NEW YORK (CBSNewYork) — The coronavirus pandemic caught New York and the country off guard, but one hospital in the Bronx is being recognized for helping prepare the city and the military to respond to the crisis.

Janice Halloran is in charge of emergence preparedness at Jacobi Medical Center in the Bronx.

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“My role is basically to make this hospital prepared for any disaster,” she told CBS2’s Ali Bauman. “We have built this hospital into an ICU hospital to deal with the COVID onslaught.”

But how do you prepare for an unprecedented pandemic?

“You have to make sure that your hospital can be at capacity at all times and function optimally,” Halloran said.


Back in September, when COVID-19 wasn’t even a conversation, Halloran brought in the U.S. Army for a disaster drill, practicing how the hospital and army would work together in an emergency to set up triage tents and provide medical surge capacity in order to quickly respond to a sudden influx of patients.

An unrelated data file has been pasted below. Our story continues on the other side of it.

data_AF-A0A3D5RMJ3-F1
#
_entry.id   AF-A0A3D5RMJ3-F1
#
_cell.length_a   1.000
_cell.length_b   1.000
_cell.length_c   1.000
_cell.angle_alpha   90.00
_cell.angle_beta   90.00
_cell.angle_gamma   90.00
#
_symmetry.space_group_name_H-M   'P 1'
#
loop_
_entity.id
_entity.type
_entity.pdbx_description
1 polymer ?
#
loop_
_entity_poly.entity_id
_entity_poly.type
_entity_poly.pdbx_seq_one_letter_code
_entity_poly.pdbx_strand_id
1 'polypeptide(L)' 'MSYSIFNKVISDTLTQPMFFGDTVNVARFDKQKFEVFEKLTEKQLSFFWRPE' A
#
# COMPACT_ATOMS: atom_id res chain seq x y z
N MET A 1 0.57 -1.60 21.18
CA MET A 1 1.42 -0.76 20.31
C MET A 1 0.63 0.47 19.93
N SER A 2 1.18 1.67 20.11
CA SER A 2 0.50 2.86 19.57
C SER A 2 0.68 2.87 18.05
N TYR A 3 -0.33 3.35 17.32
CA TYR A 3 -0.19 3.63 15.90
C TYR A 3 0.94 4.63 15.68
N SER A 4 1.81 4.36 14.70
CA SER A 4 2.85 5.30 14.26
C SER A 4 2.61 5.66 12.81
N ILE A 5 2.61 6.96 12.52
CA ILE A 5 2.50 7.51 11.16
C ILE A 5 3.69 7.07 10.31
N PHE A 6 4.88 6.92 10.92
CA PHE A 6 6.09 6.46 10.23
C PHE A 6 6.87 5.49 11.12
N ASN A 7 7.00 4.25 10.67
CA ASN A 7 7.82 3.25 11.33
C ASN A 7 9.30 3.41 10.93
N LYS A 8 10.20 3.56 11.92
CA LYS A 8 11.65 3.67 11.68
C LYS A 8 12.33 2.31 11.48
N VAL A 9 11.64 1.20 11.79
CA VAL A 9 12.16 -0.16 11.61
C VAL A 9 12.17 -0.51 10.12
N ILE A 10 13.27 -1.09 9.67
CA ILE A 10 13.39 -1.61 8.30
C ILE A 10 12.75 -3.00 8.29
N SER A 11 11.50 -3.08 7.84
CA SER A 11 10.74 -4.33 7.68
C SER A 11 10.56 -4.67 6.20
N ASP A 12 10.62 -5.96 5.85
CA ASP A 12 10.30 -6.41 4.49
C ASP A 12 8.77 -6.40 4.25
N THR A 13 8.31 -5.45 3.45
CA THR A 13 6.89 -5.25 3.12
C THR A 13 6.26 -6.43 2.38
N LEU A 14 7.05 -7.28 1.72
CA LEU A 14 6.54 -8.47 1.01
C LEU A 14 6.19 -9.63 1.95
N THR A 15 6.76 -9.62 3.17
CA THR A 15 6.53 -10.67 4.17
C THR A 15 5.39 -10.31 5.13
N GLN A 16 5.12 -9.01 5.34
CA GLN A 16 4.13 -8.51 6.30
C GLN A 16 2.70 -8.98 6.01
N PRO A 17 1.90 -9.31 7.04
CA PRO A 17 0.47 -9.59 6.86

“We forced them to sort of do what they normally do in an environment they’re extremely uncomfortable with and unfamiliar with … so the realism is, how do you come to, let’s say, a New York City hospital and set up to assist for a hazmat incident in now a confined space?” Halloran said. “They now have practiced this robustly so that in an event like this, they can now be deployed and say, ‘We’ve done this already.'”

Fast forward six months to March and the Army is deployed to hospitals all around the country, including Jacobi, to assist with coronavirus patients.

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This week, the U.S. Department of Defense sent a thank you letter to Halloran.

“To say, I just wanted you to know because we drilled with you guys back in September, it gave us such preparation for what we’re being deployed to do now,” she said. “We reach far beyond the Bronx, and that’s truly a proud moment.”

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New York is by no means out of the woods with this pandemic.

“Working seven days a week, 10 to 12 hours a day because there’s so much that needs to be done without sort of a light at the end of the tunnel is extremely exhausting and emotionally draining,” Halloran said.

But after these devastating weeks in the hospital, little recognition goes a long way.

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“Our little success stories are what keeps us all going,” Halloran said.